From snorkeling to city life, the island of St. Croix in the US Virgin Islands is an easy trip for American families seeking warm weather and something different.
St. Croix is the perfect destination for a tropical family vacation–and it’s only a few hours from home. U.S. citizens don’t even need a passport to visit the capital Christiansted, snorkel off the North Coast, wander old plantations, and play water sports. From Point Udall, the eastern-most point in the United States, to the western port of Frederiksted the island abounds with natural beauty, historic interest, cultural charm and activities for all ages.
To celebrate the new millennium, the St. Croix Landmark Society and the U.S. Virgin Islands Department of Tourism have developed the St. Croix Heritage Trail (340/772-0598). The superb new fold-out brochure and map is a trip in itself. (For a copy and other information contact the U.S.V.I. Department of Tourism ( 800/372-USVI).
You can rent a car and follow the map and signposts at your own pace. (Part of St. Croix’s Danish heritage is driving on the left side of the road, but traffic is sparse and road surfaces are good.) Avis, Budget, Hertz and other agencies have desks at the airport, near the baggage claim. Plan to spend at least two days touring with the kids to do the island justice.
Or you can arrange a tour through your hotel concierge. An especially fun way is aboard an open-air safari bus, under the protection of its roof, with a knowledgeable local guide. We were fortunate to have the services of the expert and entertaining Sweeney of St. Croix Safari Tours (340/773-6700).
Start Your Tour in Christiansted
Most visitors arrive at the island’s airport, which is currently undergoing a major renovation, though with minimal inconvenience for travelers. It’s a quarter-hour drive into the capital, Christiansted, the prettiest port in the Caribbean.
The town is centered around a spacious waterfront square, the Christiansted National Historic Site, administered by the National Parks Service, all of it recently renovated and painted a warm yellow with dark green and white trim. (Open weekdays 8am to 4:45pm; weekends 9am-4:45pm. Admission $3 for adults 16 and over; under 16 free with adult.)
Fort Christiansvaern dominates the site, its cannons still trained on the entrance to the harbor, which it defended so well that the town was never successfully invaded. Kids will relish an opportunity to explore it, peer into several fully restored rooms and examine the big guns close up. Everyone will enjoy the view.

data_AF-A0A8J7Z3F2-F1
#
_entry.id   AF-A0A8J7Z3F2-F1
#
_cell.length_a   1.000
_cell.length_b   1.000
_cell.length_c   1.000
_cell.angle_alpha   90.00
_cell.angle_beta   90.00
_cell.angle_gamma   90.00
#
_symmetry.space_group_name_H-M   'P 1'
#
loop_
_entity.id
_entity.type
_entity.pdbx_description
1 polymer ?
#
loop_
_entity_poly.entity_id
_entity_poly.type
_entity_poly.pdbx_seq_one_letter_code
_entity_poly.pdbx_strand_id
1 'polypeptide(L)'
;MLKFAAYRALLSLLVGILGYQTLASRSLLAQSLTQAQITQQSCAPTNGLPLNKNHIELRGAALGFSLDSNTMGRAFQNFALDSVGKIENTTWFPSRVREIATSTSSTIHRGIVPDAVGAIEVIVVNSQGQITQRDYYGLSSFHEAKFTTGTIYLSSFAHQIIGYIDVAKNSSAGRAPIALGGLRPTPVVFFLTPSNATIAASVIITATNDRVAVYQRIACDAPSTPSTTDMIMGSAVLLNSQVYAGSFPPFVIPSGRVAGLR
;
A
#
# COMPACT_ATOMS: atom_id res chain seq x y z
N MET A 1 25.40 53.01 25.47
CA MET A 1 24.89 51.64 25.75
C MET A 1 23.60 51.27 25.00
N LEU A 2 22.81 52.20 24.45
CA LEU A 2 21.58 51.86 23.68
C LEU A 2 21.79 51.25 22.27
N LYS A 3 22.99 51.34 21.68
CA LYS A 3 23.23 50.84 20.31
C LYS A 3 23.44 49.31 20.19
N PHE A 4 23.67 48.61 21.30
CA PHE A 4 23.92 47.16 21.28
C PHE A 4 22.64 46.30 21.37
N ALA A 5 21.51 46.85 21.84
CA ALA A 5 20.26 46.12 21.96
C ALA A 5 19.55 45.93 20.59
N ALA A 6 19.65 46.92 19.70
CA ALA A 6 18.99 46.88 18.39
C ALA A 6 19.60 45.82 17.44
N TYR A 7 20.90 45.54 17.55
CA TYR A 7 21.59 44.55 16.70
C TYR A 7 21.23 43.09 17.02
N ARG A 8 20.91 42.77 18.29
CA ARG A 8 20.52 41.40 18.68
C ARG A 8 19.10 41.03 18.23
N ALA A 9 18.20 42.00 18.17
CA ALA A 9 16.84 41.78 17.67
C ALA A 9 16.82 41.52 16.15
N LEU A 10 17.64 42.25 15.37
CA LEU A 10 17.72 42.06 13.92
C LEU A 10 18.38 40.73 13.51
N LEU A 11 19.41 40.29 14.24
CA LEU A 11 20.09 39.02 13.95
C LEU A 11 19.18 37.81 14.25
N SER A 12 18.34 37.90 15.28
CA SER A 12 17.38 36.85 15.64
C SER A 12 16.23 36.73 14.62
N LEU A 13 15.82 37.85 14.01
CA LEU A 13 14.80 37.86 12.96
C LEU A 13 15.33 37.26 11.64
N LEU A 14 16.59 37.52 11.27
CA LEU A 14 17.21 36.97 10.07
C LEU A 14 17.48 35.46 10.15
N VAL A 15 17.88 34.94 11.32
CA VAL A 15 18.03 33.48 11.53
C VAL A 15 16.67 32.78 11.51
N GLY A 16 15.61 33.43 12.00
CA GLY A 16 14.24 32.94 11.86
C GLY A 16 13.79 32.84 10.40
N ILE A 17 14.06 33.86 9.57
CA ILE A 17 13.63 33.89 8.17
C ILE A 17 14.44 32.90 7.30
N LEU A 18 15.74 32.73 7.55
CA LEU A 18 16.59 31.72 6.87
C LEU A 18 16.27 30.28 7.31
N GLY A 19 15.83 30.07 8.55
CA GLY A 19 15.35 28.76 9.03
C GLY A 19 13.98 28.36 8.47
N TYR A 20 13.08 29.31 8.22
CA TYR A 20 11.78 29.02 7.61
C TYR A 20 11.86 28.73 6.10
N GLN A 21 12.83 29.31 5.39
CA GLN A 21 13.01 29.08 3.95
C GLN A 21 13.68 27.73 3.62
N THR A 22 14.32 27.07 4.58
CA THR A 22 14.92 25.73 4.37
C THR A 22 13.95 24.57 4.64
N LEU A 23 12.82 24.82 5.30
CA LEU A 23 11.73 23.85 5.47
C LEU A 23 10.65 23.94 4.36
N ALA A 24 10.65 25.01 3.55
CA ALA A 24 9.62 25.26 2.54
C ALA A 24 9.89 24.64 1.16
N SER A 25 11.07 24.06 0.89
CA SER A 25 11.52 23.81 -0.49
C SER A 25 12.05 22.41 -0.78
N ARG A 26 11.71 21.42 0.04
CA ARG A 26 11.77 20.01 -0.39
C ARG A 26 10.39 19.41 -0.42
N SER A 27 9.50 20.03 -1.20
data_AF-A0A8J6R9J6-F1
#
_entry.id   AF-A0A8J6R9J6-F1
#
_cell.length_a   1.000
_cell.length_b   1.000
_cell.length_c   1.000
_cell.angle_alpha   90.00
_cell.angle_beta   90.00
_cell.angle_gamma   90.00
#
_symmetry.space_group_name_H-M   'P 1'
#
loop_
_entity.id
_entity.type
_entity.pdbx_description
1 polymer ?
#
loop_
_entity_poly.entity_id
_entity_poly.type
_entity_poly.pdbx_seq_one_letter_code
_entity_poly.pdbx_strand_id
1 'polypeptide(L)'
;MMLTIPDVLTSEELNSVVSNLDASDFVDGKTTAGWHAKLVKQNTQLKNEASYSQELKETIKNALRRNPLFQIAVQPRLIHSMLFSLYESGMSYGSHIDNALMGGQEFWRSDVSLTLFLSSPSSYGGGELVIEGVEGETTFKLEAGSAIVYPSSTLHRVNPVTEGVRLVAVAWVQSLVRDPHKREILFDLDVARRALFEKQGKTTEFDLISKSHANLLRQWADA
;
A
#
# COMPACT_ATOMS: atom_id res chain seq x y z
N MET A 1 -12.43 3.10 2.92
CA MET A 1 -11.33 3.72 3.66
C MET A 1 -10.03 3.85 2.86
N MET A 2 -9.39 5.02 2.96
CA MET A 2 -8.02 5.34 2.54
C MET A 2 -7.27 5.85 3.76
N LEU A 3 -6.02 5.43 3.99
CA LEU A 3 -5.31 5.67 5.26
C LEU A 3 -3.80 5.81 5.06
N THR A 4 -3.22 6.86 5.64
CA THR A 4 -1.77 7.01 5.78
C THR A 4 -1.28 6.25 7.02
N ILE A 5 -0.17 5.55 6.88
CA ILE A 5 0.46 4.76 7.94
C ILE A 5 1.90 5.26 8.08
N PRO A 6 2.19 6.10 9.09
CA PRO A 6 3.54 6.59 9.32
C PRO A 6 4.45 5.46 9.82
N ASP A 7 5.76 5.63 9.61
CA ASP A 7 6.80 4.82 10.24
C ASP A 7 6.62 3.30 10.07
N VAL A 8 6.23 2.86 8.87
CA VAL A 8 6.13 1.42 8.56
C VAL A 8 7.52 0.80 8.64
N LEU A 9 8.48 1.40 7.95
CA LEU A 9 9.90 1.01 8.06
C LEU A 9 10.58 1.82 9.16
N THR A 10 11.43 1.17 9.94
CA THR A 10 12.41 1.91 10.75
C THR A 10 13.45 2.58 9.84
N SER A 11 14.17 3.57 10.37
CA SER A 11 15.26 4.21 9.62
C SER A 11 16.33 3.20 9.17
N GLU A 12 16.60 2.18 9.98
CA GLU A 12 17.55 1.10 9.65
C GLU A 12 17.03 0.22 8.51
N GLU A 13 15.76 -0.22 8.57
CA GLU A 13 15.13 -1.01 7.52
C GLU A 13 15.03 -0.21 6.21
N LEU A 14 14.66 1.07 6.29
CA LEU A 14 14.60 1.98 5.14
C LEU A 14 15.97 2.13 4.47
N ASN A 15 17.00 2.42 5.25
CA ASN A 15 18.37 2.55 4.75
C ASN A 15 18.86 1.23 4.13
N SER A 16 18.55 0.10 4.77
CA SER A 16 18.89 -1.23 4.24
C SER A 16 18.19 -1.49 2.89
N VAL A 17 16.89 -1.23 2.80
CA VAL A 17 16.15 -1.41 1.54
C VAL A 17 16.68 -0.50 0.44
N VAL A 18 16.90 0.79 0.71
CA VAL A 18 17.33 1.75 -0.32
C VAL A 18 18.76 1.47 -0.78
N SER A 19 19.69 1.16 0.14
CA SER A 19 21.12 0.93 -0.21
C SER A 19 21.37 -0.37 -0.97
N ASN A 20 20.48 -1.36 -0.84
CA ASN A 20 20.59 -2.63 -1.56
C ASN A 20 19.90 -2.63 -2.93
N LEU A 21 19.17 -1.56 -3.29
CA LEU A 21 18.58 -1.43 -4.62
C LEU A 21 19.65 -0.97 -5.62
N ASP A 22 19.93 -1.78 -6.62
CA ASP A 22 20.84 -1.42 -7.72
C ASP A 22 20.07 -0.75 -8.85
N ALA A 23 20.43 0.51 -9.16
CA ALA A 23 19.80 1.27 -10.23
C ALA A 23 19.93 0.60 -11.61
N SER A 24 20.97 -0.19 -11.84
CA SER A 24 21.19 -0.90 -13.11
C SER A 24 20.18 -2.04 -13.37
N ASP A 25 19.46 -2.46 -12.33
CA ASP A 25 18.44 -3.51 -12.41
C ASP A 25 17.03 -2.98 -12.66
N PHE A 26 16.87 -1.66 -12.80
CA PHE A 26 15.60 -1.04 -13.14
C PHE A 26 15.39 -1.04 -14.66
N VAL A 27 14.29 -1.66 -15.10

The site also includes the Steeple Building Museum (Open weekdays 9am to 4pm; Saturdays 9am until noon), the Danish Customs House, the Scale House, and the Danish West India & Guinea Company Warehouse, which was also a slave market until slavery was outlawed after a non-violent uprising in 1848.
St. Croix’s greatest architectural treasure, the Government House, a splendid example of the elegant, neo-classical Danish colonial style, is a couple of blocks inland. A twelve-million-dollar renovation of this imposing three-story building was just recently completed. You can walk inside its courtyard and climb the grand staircase for a glimpse into its impressive ballroom. (Free admission. Open weekdays 8am to 5 pm.)
Give yourself a couple of hours at least to stroll about town, especially along the lovely waterfront promenade, Strand Street, where shops and restaurants will beckon. (To narrow the field to your own special interests, find a copy of the St. Croix This Week, a pink, free monthly guide.)
The St. Croix Aquarium, in the Caravelle Arcade, in the heart of the shopping district, has tanks of brightly colored tropical fish and various marine life, guided tours with some hands-on experience, and an educational gift shop.
There’s regular ferry service out to Protestant Cay, the island across the harbor, where there’s a beach suitable for young children, a good hotel, and an okay restaurant that serves island specialties and features live entertainment most nights, including an astonishingly energetic Mocko Jumbie dancer on stilts in an exuberantly colorful costume.
Snorkel Off St. Croix’s North Coast
You might begin your tour of the island with a drive along the northern shore out to Point Udall, named after former Secretary of Interior Stuart Udall. On the way you’ll find many scenic views and several old sugarcane estates, in various states of disrepair. (Sugarcane was a major source of income until the 1960s.) The impressive new monument celebrates the new millennium–MM is 2000 in Roman numerals–and functions as a giant sundial, with compass points indicated by brass letters. Just before you reach the point, there’s a path leading down to a remote beach that few people ever visit–a great place for a picnic or a quick swim.
Buck Island Reef National Monument lies off this northeastern shore. Underwater enthusiasts should definitely plan a visit to its underwater snorkeling trail. There’s an easy, kid-friendly hiking trail to the highest point on the island, which rewards you with a spectacular view of the barrier reef and St. John Island. Small boats can be chartered for the excursion; ask your hotel concierge to recommend an operator that fits your particular needs, if you have small children or are inexperienced divers. Plan on leaving in the morning and spending the better part of a day.